Review: Lemmings (PSP)

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Good: Excellent gameplay, personality, challenge, control scheme

Bad: Still pretty much the same game it was 15 years ago

Worst Sight: Watching dozens of your Lemmings plummet to their death because you forgot to place a Blocker

Many gamers have fond memories of staring at their PC monitors, trying to figure out how the hell to get a bunch of Lemmings to their destinations. Now they can stare at their PSP screens and do the same thing 15 years later.

For those unfamiliar with the long-running series, Lemmings is all about escorting a bunch of thickheaded, green-haired creatures to the end of a level without dying. There are no enemies at all, just environmental hazards (pits, spikes, pistons, etc.). Using special abilities, you can command the Lemmings to dig, mine, climb, float, build staircases, explode, block and bash through walls. If you don't tend to them they'll just keep walking, even if that means plummeting into a lava pit.

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The PSP does a surprisingly excellent job of controlling the onscreen action. Shoulder buttons cycle through your available abilities, the d-pad controls the cursor and the analog stick moves the camera. It's now possible to lock-on to a specific Lemming, which makes it easier to be precise when there's a huge crowd in a small area. Once you've set up all the paths and staircases you need to complete a level, you can hold the circle button to fast-forward the action and watch your Lemmings reach their destination.

At the beginning of each level, it's best to pause the action and survey your surroundings. Early levels have blatant clues in their titles like "Bash in the Direction of the Arrows," but later stages will seriously test you. There are countless stages that I failed over and over, and told myself "there's no possible way this can be done." It's times like these that you'll have an epiphany and completely understand what you need to do. Those moments are what makes Lemmings a classic game, and well worth playing no matter which genre you're a fan of.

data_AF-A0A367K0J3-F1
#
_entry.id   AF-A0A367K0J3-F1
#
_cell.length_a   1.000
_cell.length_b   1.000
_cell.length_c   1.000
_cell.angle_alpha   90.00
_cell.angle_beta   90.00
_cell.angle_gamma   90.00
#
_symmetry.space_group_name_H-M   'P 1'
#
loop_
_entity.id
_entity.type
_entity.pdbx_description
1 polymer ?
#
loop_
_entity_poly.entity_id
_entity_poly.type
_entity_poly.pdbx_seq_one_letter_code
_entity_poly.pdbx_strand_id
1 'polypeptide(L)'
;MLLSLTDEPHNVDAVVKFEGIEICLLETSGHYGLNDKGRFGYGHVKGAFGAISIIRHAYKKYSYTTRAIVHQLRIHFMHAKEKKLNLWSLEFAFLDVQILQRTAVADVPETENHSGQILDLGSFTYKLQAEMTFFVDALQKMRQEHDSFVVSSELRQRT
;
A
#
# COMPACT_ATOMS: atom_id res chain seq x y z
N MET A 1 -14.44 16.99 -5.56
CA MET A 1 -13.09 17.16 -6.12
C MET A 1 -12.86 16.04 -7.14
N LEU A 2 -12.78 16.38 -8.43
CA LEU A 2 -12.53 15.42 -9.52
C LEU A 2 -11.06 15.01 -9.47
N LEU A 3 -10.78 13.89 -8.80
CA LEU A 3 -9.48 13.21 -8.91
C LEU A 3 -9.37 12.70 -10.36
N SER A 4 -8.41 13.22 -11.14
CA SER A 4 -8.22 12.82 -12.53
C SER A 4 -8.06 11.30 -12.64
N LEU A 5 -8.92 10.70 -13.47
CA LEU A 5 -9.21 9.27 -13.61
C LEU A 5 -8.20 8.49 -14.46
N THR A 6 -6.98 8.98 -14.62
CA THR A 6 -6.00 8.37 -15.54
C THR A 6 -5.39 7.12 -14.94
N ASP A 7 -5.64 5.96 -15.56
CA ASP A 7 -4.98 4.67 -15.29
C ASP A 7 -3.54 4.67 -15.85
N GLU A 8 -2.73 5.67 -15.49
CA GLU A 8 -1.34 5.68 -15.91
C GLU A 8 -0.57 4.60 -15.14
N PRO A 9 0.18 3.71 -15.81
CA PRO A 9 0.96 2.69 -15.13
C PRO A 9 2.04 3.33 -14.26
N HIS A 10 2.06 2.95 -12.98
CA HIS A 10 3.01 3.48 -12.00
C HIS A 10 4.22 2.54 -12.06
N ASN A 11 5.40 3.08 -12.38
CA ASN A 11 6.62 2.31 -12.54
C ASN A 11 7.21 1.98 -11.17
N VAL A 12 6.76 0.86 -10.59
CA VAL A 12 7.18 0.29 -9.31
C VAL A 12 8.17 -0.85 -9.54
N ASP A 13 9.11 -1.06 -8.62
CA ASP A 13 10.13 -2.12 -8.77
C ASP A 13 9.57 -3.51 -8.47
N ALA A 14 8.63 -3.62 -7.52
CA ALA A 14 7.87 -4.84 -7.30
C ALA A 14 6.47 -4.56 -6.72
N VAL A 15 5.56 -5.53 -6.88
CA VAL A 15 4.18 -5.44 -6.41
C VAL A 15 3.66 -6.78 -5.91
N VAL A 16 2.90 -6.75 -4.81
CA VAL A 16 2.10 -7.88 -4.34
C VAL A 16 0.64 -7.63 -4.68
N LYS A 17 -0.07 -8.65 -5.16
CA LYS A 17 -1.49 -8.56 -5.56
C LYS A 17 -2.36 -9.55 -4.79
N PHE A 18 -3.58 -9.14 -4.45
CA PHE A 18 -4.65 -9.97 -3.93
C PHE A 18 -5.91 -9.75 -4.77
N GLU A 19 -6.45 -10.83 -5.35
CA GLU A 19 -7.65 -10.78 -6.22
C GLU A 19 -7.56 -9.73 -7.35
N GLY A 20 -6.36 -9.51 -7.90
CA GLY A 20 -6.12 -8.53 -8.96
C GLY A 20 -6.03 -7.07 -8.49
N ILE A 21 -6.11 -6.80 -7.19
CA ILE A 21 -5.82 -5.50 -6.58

The problem lies in the fact that this is essentially the exact same game as it was fifteen years ago, just with a new coat of paint. Granted, there are nearly 30 new stages, and they're all of the same quality we've come to expect from Lemmings. If you're an experienced Lemmings player, it's possible to blow through these stages very quickly. This is what makes it hard to justify the $39.99 price tag to those who have played the game before.

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Like I mentioned earlier, one of the only real differences is the new coat of paint in terms of graphics. Lemmings was never heavy on flashy effects or visuals, but this new version is appealing to the eye in a very basic way. Backgrounds look nice, Lemmings animate smoothly and there's no slowdown. Audio is somewhat sparse outside of the simple tunes and rare Lemmings voice clips (generally along the lines of "wheeee!" or "yippee!").

I really did have a lot of fun with this title, but it's filled with a constant feeling of "been there, done that." Like the PSP remakes of Mega Man X and the original Mega Man, this is a genuinely fun title that I can't fully recommend for purchase thanks to the high price for a game we've all played before.

Graphics: 7.0

Sound: 7.0

First Play: 8.5

Replay Value: 5.0

Gameplay: 8.0

Overall: 7.7

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